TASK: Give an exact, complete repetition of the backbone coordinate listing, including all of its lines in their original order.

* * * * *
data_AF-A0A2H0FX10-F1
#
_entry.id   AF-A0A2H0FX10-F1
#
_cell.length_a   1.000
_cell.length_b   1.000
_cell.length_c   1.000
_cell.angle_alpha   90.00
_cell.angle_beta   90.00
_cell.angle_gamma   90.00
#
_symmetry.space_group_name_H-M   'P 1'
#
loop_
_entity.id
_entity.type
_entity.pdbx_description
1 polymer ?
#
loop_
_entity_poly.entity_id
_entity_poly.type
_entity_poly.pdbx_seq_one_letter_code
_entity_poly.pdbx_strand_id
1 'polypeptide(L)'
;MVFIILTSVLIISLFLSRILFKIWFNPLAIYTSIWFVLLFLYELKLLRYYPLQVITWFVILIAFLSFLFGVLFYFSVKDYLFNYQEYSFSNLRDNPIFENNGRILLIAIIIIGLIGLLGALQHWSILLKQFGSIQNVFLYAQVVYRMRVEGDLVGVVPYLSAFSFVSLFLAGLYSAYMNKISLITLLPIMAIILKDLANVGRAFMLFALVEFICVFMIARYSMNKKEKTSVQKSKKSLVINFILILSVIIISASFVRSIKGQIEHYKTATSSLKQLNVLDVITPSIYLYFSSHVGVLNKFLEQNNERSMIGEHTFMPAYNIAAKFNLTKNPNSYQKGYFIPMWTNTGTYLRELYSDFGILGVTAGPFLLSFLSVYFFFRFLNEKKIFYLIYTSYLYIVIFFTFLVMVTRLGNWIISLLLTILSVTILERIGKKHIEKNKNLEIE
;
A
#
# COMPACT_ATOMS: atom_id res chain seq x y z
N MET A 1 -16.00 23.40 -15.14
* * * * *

data_AF-A0A2H0FX10-F1
#
_entry.id   AF-A0A2H0FX10-F1
#
_cell.length_a   1.000
_cell.length_b   1.000
_cell.length_c   1.000
_cell.angle_alpha   90.00
_cell.angle_beta   90.00
_cell.angle_gamma   90.00
#
_symmetry.space_group_name_H-M   'P 1'
#
loop_
_entity.id
_entity.type
_entity.pdbx_description
1 polymer ?
#
loop_
_entity_poly.entity_id
_entity_poly.type
_entity_poly.pdbx_seq_one_letter_code
_entity_poly.pdbx_strand_id
1 'polypeptide(L)'
;MVFIILTSVLIISLFLSRILFKIWFNPLAIYTSIWFVLLFLYELKLLRYYPLQVITWFVILIAFLSFLFGVLFYFSVKDYLFNYQEYSFSNLRDNPIFENNGRILLIAIIIIGLIGLLGALQHWSILLKQFGSIQNVFLYAQVVYRMRVEGDLVGVVPYLSAFSFVSLFLAGLYSAYMNKISLITLLPIMAIILKDLANVGRAFMLFALVEFICVFMIARYSMNKKEKTSVQKSKKSLVINFILILSVIIISASFVRSIKGQIEHYKTATSSLKQLNVLDVITPSIYLYFSSHVGVLNKFLEQNNERSMIGEHTFMPAYNIAAKFNLTKNPNSYQKGYFIPMWTNTGTYLRELYSDFGILGVTAGPFLLSFLSVYFFFRFLNEKKIFYLIYTSYLYIVIFFTFLVMVTRLGNWIISLLLTILSVTILERIGKKHIEKNKNLEIE
;
A
#
# COMPACT_ATOMS: atom_id res chain seq x y z
N MET A 1 -16.00 23.40 -15.14